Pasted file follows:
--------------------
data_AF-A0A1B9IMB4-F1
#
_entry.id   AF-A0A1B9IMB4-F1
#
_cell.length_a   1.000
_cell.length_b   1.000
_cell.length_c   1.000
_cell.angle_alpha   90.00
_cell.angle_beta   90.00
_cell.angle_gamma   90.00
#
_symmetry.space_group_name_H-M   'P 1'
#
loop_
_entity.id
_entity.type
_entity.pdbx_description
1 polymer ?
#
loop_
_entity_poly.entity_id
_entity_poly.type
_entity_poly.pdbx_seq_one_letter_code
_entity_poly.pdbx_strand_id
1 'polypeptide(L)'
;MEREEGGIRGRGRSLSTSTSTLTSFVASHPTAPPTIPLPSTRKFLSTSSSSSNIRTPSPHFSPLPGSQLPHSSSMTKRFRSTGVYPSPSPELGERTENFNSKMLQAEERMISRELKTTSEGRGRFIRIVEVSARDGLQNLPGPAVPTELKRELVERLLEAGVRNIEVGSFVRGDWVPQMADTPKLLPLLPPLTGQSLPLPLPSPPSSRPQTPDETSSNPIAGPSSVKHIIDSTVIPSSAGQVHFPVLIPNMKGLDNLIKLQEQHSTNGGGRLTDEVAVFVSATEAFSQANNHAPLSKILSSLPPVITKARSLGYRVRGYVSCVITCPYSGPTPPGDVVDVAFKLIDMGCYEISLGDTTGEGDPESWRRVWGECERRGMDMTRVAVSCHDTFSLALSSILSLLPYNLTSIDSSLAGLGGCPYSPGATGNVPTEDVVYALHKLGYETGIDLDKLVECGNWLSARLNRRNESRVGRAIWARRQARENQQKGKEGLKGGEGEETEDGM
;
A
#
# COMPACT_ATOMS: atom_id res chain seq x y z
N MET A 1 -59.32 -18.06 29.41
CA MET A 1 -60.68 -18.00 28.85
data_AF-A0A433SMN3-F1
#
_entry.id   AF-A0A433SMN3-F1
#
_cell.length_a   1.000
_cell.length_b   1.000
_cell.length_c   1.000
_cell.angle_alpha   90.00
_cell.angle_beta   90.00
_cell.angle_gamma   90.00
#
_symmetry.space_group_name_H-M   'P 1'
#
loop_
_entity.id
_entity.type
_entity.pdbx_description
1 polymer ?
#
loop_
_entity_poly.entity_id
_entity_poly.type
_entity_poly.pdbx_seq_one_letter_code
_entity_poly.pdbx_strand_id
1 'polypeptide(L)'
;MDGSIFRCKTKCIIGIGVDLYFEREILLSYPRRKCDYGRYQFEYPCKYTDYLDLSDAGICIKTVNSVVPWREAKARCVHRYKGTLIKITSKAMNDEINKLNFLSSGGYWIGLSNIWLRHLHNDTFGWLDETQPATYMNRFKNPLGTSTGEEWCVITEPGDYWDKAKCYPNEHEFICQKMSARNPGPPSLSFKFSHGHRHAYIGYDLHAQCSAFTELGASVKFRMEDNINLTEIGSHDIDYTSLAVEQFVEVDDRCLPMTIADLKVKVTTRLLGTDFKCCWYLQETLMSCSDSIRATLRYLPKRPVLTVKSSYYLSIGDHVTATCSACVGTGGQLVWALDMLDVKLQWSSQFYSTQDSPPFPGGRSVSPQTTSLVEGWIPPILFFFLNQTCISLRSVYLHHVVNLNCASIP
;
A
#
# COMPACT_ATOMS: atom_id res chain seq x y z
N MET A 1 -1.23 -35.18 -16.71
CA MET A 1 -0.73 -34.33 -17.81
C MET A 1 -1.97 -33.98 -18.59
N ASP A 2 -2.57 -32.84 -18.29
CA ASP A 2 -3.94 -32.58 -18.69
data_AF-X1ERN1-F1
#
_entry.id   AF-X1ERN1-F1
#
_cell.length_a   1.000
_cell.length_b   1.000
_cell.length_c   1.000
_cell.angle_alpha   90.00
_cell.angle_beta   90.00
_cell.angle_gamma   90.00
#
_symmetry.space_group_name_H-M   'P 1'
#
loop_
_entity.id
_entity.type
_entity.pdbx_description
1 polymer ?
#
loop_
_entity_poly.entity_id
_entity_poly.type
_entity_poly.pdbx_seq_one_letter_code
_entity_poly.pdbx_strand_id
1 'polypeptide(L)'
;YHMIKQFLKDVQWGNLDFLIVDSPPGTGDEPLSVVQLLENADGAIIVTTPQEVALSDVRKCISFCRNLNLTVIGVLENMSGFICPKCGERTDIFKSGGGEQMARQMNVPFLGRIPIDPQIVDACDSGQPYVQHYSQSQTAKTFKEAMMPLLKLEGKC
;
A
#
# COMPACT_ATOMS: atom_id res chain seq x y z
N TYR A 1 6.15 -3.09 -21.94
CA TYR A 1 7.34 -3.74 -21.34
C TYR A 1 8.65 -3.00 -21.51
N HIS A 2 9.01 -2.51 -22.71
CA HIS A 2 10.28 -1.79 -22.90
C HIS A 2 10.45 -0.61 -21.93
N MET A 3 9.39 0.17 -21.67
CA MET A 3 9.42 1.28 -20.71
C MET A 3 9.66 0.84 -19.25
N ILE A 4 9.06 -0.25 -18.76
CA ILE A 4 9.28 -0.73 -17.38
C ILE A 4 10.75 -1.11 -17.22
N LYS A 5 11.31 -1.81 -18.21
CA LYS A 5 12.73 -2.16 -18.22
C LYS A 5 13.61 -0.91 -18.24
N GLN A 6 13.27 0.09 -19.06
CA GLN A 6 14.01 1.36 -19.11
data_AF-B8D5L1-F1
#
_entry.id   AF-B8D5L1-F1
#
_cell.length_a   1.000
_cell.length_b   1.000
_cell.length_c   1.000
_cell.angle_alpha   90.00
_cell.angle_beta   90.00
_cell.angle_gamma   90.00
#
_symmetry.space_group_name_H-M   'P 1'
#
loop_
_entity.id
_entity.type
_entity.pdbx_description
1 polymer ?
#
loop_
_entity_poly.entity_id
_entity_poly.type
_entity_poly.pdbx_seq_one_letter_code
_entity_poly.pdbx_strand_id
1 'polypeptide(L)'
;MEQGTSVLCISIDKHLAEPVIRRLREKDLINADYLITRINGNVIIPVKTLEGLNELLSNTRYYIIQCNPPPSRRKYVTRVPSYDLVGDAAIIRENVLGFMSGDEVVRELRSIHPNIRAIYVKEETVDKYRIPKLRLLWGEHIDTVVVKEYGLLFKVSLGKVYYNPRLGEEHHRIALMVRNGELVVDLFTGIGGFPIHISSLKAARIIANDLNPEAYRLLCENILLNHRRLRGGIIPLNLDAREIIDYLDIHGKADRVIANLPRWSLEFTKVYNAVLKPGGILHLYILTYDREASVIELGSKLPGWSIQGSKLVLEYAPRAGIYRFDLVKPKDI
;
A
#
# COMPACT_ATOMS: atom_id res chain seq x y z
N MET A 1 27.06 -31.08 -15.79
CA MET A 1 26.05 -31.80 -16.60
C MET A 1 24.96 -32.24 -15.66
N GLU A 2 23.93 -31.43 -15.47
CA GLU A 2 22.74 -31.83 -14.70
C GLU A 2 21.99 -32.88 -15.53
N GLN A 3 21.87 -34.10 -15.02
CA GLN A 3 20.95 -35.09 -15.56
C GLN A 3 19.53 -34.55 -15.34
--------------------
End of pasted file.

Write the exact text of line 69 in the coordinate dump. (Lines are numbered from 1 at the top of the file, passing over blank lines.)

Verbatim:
#